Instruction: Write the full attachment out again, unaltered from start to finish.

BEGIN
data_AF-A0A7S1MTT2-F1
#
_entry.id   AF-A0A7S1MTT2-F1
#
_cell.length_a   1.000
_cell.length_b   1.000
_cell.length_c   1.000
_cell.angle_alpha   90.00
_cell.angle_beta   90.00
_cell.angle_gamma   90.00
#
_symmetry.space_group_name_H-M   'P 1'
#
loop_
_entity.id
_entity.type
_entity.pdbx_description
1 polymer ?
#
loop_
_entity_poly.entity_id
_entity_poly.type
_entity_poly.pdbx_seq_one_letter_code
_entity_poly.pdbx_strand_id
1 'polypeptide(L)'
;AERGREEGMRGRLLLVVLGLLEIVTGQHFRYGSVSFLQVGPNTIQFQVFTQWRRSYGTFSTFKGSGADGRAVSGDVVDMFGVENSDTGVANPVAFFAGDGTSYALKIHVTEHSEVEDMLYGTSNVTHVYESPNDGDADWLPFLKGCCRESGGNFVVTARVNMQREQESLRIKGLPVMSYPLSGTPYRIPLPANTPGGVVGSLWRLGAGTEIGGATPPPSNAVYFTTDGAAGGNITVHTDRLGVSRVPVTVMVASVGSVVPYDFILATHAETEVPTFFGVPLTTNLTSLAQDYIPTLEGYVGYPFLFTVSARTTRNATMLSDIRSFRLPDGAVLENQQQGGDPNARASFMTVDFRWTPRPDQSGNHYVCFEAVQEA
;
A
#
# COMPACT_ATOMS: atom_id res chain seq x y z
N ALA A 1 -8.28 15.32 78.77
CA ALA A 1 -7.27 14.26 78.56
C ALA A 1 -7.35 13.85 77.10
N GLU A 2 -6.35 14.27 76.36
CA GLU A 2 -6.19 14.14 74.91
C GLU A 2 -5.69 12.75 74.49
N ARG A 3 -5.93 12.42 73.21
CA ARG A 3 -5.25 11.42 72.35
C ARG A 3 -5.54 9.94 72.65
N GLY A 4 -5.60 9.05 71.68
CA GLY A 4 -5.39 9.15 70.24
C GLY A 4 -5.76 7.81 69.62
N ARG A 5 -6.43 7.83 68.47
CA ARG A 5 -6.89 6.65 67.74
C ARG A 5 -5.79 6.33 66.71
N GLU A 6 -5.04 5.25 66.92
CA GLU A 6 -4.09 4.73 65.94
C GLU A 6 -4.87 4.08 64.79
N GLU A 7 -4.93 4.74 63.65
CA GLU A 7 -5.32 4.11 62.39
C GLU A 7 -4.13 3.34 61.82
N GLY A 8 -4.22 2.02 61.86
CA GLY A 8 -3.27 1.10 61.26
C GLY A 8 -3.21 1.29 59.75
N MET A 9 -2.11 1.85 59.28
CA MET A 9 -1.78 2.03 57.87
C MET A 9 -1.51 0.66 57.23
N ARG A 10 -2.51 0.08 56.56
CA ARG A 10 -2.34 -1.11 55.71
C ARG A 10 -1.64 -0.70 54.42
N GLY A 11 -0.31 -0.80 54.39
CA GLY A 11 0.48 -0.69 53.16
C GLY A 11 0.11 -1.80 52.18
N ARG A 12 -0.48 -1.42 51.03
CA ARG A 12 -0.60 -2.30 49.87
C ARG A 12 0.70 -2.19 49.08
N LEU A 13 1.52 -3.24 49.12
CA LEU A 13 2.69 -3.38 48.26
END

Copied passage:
data_AF-A0A7S1MTT2-F1
#
_entry.id   AF-A0A7S1MTT2-F1
#
_cell.length_a   1.000
_cell.length_b   1.000
_cell.length_c   1.000
_cell.angle_alpha   90.00
_cell.angle_beta   90.00
_cell.angle_gamma   90.00
#
_symmetry.space_group_name_H-M   'P 1'
#
loop_
_entity.id
_entity.type
_entity.pdbx_description
1 polymer ?
#
loop_
_entity_poly.entity_id
_entity_poly.type
_entity_poly.pdbx_seq_one_letter_code
_entity_poly.pdbx_strand_id
1 'polypeptide(L)'
;AERGREEGMRGRLLLVVLGLLEIVTGQHFRYGSVSFLQVGPNTIQFQVFTQWRRSYGTFSTFKGSGADGRAVSGDVVDMFGVENSDTGVANPVAFFAGDGTSYALKIHVTEHSEVEDMLYGTSNVTHVYESPNDGDADWLPFLKGCCRESGGNFVVTARVNMQREQESLRIKGLPVMSYPLSGTPYRIPLPANTPGGVVGSLWRLGAGTEIGGATPPPSNAVYFTTDGAAGGNITVHTDRLGVSRVPVTVMVASVGSVVPYDFILATHAETEVPTFFGVPLTTNLTSLAQDYIPTLEGYVGYPFLFTVSARTTRNATMLSDIRSFRLPDGAVLENQQQGGDPNARASFMTVDFRWTPRPDQSGNHYVCFEAVQEA
;
A
#
# COMPACT_ATOMS: atom_id res chain seq x y z
N ALA A 1 -8.28 15.32 78.77
CA ALA A 1 -7.27 14.26 78.56
C ALA A 1 -7.35 13.85 77.10
N GLU A 2 -6.35 14.27 76.36
CA GLU A 2 -6.19 14.14 74.91
C GLU A 2 -5.69 12.75 74.49
N ARG A 3 -5.93 12.42 73.21
CA ARG A 3 -5.25 11.42 72.35
C ARG A 3 -5.54 9.94 72.65
N GLY A 4 -5.60 9.05 71.68
CA GLY A 4 -5.39 9.15 70.24
C GLY A 4 -5.76 7.81 69.62
N ARG A 5 -6.43 7.83 68.47
CA ARG A 5 -6.89 6.65 67.74
C ARG A 5 -5.79 6.33 66.71
N GLU A 6 -5.04 5.25 66.92
CA GLU A 6 -4.09 4.73 65.94
C GLU A 6 -4.87 4.08 64.79
N GLU A 7 -4.93 4.74 63.65
CA GLU A 7 -5.32 4.11 62.39
C GLU A 7 -4.13 3.34 61.82
N GLY A 8 -4.22 2.02 61.86
CA GLY A 8 -3.27 1.10 61.26
C GLY A 8 -3.21 1.29 59.75
N MET A 9 -2.11 1.85 59.28
CA MET A 9 -1.78 2.03 57.87
C MET A 9 -1.51 0.66 57.23
N ARG A 10 -2.51 0.08 56.56
CA ARG A 10 -2.34 -1.11 55.71
C ARG A 10 -1.64 -0.70 54.42
N GLY A 11 -0.31 -0.80 54.39
CA GLY A 11 0.48 -0.69 53.16
C GLY A 11 0.11 -1.80 52.18
N ARG A 12 -0.48 -1.42 51.03
CA ARG A 12 -0.60 -2.30 49.87
C ARG A 12 0.70 -2.19 49.08
N LEU A 13 1.52 -3.24 49.12
CA LEU A 13 2.69 -3.38 48.26